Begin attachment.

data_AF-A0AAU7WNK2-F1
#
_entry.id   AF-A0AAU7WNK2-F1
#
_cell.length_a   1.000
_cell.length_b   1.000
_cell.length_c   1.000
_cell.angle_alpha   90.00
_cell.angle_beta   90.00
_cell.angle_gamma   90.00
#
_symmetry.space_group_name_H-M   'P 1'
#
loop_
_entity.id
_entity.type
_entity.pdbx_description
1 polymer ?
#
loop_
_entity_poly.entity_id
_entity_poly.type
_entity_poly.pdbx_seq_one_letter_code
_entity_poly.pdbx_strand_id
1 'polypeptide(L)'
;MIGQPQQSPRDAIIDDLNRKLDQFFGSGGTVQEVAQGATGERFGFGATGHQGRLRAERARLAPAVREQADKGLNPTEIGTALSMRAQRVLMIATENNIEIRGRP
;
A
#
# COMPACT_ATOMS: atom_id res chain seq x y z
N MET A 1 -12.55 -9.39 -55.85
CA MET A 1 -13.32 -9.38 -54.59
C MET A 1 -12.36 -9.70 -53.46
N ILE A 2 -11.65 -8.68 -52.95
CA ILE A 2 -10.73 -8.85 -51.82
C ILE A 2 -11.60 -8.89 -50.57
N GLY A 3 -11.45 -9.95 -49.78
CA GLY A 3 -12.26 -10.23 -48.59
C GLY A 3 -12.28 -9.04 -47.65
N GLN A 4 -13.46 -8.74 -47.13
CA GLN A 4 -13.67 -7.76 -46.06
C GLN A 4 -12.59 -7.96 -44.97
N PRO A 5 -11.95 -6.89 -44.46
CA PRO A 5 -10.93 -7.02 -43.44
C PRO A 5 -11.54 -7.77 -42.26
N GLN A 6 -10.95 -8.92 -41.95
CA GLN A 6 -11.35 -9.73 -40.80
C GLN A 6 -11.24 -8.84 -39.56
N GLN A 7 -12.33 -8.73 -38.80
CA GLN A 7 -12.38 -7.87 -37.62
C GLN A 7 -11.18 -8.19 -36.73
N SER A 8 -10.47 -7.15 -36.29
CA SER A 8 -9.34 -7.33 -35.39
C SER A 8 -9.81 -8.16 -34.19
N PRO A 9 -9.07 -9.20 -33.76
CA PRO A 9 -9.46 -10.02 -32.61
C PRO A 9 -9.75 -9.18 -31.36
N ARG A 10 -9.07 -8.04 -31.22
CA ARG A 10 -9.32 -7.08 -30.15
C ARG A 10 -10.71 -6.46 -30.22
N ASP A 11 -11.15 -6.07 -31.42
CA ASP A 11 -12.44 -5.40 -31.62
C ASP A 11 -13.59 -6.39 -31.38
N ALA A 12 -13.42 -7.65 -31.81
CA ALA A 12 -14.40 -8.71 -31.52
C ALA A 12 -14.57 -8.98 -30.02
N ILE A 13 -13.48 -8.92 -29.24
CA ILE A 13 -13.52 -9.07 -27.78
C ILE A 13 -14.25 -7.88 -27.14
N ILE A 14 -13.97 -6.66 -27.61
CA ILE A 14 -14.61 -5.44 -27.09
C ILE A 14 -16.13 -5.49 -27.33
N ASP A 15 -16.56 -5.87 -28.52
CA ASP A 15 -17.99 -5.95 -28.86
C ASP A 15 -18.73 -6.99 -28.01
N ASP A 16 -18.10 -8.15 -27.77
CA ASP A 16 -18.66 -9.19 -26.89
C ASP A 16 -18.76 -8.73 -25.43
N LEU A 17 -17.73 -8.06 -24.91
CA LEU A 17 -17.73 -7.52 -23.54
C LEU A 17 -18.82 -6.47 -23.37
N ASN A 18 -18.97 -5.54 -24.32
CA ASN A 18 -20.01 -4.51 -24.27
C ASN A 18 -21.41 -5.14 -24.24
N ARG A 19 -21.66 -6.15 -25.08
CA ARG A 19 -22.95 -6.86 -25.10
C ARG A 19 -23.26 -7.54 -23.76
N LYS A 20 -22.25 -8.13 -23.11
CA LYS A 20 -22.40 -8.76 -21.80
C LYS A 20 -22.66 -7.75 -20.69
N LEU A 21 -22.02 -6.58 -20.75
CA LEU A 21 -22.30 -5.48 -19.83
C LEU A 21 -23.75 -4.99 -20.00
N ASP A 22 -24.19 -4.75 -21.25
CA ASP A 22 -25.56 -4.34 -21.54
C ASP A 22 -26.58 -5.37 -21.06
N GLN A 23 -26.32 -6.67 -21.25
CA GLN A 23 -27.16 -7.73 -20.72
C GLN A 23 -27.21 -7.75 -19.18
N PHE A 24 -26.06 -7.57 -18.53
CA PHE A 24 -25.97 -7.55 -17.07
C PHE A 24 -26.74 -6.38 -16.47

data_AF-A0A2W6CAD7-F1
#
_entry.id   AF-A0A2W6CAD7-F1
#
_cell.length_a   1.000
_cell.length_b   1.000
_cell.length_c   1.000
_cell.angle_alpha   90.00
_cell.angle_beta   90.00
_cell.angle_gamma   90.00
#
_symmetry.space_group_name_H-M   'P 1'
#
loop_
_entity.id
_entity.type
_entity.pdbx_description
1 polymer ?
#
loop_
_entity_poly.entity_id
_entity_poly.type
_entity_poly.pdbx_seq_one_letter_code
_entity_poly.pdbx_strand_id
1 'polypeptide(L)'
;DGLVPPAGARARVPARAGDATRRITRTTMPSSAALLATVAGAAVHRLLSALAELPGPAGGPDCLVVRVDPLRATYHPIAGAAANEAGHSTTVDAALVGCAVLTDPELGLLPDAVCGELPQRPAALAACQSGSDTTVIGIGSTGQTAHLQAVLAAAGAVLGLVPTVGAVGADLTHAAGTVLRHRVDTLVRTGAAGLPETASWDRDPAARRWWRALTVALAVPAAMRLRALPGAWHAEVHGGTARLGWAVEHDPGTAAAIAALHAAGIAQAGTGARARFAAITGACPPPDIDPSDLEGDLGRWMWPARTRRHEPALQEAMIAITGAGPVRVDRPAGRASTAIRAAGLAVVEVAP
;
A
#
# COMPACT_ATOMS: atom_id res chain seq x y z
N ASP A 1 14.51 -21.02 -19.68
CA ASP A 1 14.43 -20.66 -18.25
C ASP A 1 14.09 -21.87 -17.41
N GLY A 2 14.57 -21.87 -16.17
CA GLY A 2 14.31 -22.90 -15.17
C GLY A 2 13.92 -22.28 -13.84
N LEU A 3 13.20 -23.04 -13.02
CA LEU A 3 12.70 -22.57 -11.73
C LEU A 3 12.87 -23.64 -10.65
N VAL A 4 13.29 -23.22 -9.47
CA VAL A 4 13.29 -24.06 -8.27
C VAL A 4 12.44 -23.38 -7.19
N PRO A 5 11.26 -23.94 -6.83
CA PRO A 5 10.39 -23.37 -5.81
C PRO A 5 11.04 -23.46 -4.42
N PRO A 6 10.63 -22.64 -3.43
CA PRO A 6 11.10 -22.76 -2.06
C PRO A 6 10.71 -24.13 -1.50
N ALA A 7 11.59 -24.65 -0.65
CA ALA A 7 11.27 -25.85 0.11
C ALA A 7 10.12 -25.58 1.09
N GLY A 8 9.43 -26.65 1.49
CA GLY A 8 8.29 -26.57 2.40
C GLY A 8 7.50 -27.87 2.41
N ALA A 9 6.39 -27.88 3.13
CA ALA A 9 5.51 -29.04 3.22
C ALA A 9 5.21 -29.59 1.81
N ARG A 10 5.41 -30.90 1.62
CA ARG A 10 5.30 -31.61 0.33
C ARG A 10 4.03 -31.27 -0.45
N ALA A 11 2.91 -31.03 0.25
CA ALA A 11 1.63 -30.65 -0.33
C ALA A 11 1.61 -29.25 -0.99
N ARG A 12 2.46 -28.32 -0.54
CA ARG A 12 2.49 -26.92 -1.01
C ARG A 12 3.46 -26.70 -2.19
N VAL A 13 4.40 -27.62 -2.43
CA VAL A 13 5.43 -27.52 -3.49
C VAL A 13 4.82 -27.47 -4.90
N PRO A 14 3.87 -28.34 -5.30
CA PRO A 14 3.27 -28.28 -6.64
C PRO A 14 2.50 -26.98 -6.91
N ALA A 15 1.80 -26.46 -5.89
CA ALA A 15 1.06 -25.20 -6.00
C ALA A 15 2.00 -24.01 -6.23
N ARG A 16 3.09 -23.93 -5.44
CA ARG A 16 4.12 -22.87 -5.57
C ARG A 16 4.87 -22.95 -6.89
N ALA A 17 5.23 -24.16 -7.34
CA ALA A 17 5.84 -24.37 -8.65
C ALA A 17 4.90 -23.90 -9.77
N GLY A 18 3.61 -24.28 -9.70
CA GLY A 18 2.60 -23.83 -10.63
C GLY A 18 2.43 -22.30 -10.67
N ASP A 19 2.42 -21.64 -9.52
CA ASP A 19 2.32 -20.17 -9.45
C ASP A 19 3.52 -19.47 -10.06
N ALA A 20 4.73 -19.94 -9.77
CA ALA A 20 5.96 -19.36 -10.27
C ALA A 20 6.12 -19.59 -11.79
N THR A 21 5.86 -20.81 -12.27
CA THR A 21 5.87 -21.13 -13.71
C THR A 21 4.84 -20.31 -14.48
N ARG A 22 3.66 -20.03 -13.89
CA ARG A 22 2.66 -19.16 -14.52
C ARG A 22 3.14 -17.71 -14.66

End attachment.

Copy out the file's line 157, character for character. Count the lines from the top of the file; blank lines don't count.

N ALA A 9 6.39 -27.88 3.13